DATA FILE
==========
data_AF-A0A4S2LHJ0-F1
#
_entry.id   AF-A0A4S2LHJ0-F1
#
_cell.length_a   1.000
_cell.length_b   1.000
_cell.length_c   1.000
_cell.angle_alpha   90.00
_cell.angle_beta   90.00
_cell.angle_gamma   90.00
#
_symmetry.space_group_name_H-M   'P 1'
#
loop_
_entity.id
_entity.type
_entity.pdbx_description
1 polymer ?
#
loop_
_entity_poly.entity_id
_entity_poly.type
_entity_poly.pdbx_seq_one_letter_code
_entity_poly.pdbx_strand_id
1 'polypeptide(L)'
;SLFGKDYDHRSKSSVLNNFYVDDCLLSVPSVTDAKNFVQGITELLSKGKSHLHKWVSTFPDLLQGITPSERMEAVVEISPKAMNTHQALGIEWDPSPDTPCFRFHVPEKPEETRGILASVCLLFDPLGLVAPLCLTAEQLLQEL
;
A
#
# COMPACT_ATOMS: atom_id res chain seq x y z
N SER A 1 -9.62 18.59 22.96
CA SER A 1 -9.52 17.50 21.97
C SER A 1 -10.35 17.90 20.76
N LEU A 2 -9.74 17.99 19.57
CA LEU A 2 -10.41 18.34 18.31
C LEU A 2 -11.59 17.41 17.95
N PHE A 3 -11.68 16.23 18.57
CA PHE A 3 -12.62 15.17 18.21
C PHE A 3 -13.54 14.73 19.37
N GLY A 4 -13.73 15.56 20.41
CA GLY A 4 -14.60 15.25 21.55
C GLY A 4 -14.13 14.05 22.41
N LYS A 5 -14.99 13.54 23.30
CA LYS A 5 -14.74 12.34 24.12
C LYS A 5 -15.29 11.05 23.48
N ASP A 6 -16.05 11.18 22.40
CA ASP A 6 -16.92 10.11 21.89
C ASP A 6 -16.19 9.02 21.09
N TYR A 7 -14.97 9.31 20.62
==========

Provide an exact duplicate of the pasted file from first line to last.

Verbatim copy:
data_AF-A0A4S2LHJ0-F1
#
_entry.id   AF-A0A4S2LHJ0-F1
#
_cell.length_a   1.000
_cell.length_b   1.000
_cell.length_c   1.000
_cell.angle_alpha   90.00
_cell.angle_beta   90.00
_cell.angle_gamma   90.00
#
_symmetry.space_group_name_H-M   'P 1'
#
loop_
_entity.id
_entity.type
_entity.pdbx_description
1 polymer ?
#
loop_
_entity_poly.entity_id
_entity_poly.type
_entity_poly.pdbx_seq_one_letter_code
_entity_poly.pdbx_strand_id
1 'polypeptide(L)'
;SLFGKDYDHRSKSSVLNNFYVDDCLLSVPSVTDAKNFVQGITELLSKGKSHLHKWVSTFPDLLQGITPSERMEAVVEISPKAMNTHQALGIEWDPSPDTPCFRFHVPEKPEETRGILASVCLLFDPLGLVAPLCLTAEQLLQEL
;
A
#
# COMPACT_ATOMS: atom_id res chain seq x y z
N SER A 1 -9.62 18.59 22.96
CA SER A 1 -9.52 17.50 21.97
C SER A 1 -10.35 17.90 20.76
N LEU A 2 -9.74 17.99 19.57
CA LEU A 2 -10.41 18.34 18.31
C LEU A 2 -11.59 17.41 17.95
N PHE A 3 -11.68 16.23 18.57
CA PHE A 3 -12.62 15.17 18.21
C PHE A 3 -13.54 14.73 19.37
N GLY A 4 -13.73 15.56 20.41
CA GLY A 4 -14.60 15.25 21.55
C GLY A 4 -14.13 14.05 22.41
N LYS A 5 -14.99 13.54 23.30
CA LYS A 5 -14.74 12.34 24.12
C LYS A 5 -15.29 11.05 23.48
N ASP A 6 -16.05 11.18 22.40
CA ASP A 6 -16.92 10.11 21.89
C ASP A 6 -16.19 9.02 21.09
N TYR A 7 -14.97 9.31 20.62